The safe answer is about two weeks. Now, why do I care? Because banking rules are confusing and often favor the bank over the customer.
Here is a scam being reported by the media. The scenario involves a person hiring a lawyer to negotiate a settlement of money owed to the client by another party. The client contacts a lawyer, hires the lawyer, then eventually tells the lawyer the other party has agreed to pay the debt. The lawyer receives a check payable to the client and the lawyer deposits the check into a trust account while waiting for the funds to clear the bank.
Next, the client directs the lawyer to immediately send the money to another party in order to close an important business deal. The lawyer contacts the bank and is told the funds “are available”, so the lawyer writes a check against the trust account. Later, the bank notifies the lawyer that the check bounced and demands repayment of the funds deposited into the lawyer’s trust account.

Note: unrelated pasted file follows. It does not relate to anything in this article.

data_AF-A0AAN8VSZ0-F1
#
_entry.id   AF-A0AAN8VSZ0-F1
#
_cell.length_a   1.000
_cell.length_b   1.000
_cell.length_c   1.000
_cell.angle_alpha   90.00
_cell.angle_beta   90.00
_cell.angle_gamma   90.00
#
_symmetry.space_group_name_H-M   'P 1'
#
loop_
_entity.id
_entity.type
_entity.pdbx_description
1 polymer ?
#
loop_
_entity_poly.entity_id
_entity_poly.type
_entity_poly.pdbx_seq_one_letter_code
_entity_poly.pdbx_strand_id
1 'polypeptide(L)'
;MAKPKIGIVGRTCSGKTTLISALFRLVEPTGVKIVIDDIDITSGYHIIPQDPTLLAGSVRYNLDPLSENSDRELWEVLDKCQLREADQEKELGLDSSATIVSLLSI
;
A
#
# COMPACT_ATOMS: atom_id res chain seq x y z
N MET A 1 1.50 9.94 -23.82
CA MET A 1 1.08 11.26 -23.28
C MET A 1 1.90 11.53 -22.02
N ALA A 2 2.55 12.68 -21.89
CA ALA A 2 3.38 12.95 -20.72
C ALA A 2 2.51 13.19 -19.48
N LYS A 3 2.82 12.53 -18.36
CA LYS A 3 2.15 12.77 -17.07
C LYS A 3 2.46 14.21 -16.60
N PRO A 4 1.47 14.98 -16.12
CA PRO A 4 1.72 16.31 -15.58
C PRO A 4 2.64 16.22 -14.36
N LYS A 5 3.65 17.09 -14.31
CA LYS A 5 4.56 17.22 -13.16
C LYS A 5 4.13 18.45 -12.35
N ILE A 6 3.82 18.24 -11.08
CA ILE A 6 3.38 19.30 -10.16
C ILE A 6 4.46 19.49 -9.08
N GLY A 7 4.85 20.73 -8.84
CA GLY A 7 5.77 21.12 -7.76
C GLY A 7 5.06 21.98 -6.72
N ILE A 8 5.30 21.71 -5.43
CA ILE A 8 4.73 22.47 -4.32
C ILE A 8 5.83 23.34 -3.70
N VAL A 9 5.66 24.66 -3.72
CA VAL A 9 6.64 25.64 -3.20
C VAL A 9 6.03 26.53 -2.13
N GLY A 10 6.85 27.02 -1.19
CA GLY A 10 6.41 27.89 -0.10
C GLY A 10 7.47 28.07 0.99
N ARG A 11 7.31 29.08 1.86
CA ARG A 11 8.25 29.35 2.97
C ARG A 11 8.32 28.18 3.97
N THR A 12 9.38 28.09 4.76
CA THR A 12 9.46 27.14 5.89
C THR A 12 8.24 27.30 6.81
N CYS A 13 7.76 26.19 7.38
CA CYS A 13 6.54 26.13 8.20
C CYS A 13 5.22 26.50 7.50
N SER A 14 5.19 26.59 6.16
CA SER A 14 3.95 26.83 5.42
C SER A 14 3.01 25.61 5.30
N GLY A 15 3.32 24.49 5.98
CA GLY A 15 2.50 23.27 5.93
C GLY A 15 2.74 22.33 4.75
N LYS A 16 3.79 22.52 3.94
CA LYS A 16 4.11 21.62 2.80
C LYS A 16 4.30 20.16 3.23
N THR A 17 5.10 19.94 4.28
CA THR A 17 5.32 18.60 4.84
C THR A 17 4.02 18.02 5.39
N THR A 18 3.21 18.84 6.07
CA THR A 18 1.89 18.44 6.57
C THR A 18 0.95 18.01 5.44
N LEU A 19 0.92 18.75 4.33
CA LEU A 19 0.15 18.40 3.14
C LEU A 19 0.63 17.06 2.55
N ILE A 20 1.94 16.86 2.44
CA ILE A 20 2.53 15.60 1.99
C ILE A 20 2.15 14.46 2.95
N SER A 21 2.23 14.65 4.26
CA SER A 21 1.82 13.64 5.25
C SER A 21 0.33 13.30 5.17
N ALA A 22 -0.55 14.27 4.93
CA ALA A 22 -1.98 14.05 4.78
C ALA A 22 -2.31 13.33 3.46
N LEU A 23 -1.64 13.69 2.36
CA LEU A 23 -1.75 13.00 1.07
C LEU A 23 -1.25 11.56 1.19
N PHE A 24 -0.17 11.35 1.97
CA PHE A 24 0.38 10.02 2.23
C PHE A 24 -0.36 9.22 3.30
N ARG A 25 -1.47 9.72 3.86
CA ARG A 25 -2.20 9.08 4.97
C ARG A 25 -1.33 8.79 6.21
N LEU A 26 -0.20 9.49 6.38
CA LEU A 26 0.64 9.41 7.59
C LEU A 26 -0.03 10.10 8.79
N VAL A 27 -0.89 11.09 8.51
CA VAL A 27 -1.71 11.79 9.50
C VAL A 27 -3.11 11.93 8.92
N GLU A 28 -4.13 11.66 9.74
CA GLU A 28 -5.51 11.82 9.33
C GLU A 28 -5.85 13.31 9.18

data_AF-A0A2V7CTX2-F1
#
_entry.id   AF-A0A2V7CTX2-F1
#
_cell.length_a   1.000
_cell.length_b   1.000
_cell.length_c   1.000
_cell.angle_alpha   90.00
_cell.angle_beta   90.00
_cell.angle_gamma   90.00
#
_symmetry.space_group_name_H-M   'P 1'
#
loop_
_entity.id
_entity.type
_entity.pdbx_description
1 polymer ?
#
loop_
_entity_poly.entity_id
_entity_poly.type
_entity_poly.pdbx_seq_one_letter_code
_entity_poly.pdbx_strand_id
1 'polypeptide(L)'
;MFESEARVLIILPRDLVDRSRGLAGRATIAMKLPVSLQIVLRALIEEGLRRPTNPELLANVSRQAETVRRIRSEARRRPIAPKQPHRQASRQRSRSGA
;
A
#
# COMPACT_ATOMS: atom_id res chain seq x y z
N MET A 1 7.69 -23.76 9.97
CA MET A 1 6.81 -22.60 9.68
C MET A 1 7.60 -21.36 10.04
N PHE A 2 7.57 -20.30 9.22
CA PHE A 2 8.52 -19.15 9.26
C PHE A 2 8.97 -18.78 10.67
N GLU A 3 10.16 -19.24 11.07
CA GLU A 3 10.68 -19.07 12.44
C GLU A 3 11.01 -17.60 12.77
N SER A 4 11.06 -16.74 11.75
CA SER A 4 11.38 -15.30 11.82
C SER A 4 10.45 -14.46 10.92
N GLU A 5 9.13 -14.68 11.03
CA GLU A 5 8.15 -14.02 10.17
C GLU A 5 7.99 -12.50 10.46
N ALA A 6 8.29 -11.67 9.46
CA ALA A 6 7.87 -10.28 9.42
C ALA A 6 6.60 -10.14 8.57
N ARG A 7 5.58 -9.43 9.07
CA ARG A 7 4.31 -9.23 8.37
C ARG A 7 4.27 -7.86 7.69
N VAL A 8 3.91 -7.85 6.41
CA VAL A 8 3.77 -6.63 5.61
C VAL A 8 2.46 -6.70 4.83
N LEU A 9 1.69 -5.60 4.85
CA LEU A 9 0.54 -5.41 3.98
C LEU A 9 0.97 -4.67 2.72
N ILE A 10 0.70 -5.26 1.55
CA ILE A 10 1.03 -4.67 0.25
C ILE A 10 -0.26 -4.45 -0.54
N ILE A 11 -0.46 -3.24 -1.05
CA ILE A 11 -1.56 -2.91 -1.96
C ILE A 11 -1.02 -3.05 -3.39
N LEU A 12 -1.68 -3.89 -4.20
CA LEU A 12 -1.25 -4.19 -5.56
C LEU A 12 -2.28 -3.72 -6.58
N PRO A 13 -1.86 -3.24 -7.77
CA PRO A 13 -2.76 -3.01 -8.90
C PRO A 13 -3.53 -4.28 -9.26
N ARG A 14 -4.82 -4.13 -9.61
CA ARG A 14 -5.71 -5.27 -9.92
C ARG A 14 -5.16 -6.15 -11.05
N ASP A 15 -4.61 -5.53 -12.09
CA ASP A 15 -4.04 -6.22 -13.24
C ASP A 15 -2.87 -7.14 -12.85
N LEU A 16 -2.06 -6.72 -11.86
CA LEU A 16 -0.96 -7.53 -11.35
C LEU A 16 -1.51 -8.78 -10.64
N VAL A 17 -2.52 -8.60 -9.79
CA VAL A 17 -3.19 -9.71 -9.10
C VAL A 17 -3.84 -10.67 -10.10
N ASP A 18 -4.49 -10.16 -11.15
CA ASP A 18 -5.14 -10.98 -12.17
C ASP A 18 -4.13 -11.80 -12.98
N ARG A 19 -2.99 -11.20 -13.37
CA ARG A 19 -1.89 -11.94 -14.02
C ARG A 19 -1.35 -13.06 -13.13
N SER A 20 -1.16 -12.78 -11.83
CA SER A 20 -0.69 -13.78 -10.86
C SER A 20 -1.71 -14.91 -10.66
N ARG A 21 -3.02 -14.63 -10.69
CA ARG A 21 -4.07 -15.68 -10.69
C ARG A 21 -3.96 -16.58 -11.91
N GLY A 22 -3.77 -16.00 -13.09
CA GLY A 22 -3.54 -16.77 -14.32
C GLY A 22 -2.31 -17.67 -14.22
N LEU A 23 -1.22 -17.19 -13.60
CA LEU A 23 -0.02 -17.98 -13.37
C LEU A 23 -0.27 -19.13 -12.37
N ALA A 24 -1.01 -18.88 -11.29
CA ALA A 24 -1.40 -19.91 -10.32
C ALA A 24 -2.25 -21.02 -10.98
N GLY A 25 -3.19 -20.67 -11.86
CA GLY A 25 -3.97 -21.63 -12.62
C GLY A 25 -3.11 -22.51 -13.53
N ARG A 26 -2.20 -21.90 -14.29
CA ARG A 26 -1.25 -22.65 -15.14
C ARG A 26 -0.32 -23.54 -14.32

How can this happen? The CNA insurance Risk Control Quarterly, an off-line publication, says federal law and bank regulations require banks to make funds available within a few days of deposit despite the fact that it takes up to two weeks to complete the check clearing process. The goal is to promote a free flow of funds, which sounds like business wants business to roll along unimpeded. But, remember the part about banking laws favoring the banks? In the event a check does not clear, the bank can demand repayment from the depositor, despite the fact that the bank told the depositor that the funds “were available”.
This rule is not limited to lawyers and trust accounts. Anyone making a deposit by check is liable to the bank in the event the check does not clear. The moral of the story is to make sure your checks are not rubber before you spend the money.
Andy Miofsky, Esq.
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Last modified: May 16, 2008